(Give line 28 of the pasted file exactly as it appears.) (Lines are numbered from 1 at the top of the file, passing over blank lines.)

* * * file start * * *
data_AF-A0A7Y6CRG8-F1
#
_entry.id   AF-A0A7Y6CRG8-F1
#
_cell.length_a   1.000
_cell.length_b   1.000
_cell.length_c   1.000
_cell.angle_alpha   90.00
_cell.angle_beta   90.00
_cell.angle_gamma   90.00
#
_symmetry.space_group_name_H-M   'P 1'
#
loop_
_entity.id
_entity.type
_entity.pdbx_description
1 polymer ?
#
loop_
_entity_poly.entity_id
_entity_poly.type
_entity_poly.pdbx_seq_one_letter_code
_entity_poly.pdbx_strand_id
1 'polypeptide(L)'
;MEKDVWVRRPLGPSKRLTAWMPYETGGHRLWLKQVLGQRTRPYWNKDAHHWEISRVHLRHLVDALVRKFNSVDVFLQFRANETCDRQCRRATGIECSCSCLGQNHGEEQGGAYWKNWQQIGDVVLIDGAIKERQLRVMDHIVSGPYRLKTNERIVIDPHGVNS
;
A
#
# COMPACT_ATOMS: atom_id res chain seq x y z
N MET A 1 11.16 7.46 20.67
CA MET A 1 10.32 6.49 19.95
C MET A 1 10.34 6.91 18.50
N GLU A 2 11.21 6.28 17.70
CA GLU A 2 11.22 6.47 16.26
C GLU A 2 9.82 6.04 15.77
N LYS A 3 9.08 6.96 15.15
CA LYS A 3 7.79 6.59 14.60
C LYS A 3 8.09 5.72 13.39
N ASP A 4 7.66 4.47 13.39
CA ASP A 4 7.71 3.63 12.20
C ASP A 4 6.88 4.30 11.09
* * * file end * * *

A